Minya Konka Trek Diaries: Days 4 & 5

Days 4 & 5

(In Mt Gongga Monastery courtyard)

Two days of trek completed. Yesterday we walked for what felt like 15-18 kms, 600 mtrs up and 1000 mtrs down. The journey upwards was through the meadows towards a mountain pass which we had to cross to go to the other side of the valley into MoXi valley. We did this part with short breaks and slow walk as some of us were affected by the AMS. For me, this was the pleasant trip as the path was wide and we just had to climb up. Somewhere in middle, it started to hail for few minutes. At the top we were treated with clear views of Minya Konka.

The journey down was a totally different story. After going down the pass, we were into a different landscape. We had to now walk in the jungles, under the trees and cross streams many a times. Sometimes the path would be narrow and slippery and the streams wouldn’t have bridges. Oh how I hate such trails! Already my legs were tired with all the climbing up and I was too scared that the dirt and mud will spoil my clothes on the first day of the trek itself! I hadn’t carried/brought too many walking pants.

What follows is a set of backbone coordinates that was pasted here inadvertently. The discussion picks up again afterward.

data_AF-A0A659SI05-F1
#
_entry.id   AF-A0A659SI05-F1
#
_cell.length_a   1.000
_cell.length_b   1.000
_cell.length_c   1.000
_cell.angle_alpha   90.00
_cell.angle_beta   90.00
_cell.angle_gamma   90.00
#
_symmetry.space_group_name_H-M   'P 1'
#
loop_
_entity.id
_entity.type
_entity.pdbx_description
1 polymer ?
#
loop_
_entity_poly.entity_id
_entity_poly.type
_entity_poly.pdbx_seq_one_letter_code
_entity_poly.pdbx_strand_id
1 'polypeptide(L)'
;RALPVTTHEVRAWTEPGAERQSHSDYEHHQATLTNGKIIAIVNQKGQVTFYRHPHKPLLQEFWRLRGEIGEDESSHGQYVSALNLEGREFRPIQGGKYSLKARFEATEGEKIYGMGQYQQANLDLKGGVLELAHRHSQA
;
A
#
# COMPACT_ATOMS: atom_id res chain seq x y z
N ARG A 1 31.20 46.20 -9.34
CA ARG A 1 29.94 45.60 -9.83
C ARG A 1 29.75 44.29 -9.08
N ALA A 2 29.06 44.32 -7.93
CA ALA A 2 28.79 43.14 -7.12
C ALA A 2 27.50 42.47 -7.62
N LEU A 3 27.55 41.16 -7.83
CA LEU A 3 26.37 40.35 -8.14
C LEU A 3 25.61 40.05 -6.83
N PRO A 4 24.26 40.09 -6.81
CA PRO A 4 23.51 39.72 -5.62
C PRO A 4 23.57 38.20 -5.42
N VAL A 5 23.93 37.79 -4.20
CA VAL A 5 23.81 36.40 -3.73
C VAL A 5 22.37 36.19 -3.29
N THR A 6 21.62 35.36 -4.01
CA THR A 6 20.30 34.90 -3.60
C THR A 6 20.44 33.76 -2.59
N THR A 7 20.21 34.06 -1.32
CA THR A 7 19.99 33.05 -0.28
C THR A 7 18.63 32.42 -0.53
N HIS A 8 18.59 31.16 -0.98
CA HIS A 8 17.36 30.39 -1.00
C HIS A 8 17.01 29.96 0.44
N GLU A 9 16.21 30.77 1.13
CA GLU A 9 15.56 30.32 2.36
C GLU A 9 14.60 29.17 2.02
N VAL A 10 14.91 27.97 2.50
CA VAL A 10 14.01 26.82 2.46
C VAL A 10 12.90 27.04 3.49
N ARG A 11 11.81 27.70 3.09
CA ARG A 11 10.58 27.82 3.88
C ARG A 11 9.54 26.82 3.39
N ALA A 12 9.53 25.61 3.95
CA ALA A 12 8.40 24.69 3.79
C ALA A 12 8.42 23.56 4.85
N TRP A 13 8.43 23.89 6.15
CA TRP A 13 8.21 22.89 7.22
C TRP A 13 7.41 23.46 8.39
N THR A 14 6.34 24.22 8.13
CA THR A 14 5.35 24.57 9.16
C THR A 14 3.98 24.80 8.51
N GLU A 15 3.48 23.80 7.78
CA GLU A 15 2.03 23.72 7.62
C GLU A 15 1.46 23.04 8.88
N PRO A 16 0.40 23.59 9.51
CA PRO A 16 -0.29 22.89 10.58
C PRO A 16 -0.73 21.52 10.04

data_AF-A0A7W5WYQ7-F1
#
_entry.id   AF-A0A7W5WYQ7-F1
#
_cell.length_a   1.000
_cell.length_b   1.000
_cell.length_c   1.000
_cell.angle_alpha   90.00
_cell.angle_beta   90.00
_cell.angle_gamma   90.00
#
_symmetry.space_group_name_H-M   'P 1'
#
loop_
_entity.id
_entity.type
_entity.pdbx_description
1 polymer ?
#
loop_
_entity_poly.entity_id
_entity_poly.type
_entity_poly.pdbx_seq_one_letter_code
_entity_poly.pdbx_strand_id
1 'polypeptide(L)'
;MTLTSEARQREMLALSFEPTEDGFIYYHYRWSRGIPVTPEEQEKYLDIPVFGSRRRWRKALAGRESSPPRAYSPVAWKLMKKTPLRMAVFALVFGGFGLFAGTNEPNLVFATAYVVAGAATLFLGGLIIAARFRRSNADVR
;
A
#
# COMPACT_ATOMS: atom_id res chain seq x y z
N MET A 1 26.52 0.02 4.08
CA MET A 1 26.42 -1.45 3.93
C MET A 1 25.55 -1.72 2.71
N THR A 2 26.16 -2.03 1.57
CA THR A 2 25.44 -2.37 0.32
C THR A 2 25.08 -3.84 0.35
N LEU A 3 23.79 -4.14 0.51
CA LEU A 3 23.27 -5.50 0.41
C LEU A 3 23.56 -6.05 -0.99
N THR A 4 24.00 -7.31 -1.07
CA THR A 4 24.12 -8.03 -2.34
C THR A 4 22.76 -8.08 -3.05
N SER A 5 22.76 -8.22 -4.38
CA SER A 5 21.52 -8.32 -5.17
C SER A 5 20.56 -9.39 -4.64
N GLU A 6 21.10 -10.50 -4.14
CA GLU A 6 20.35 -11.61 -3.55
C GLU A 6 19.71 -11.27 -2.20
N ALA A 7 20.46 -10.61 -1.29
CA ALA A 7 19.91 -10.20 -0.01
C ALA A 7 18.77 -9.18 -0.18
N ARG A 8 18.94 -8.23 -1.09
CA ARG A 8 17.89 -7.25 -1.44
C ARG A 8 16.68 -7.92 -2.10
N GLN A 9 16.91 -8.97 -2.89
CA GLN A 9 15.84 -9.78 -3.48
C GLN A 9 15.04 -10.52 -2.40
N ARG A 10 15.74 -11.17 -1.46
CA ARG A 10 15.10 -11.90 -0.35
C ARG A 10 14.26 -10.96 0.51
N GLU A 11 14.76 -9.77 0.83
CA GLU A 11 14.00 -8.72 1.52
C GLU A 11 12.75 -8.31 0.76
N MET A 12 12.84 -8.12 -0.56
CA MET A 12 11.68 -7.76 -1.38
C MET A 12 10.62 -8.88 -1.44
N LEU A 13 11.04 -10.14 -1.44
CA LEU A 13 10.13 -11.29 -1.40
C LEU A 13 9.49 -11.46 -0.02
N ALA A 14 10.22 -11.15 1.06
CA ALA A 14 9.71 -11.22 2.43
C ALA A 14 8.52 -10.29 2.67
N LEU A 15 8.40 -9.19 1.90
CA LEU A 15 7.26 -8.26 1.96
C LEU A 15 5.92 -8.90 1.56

Tang En who walked with me all the way down was super patient. At that time, I remembered my last trek in mountains, in India, and the urgency we were all compelled with to walk quickly. It was always like walk faster, walk faster. It is so different here. They understand that a person can walk slower but not faster. They don’t push you to walk faster, just encourage pacing up once in a while. If you tried walking faster, but are more comfortable at a slower pace, then so be it. The training is to be done before the trek, not during! Finally we reached the camp and our tents were already up! The first thing I did after reaching the camp was to clean my pants and shoes.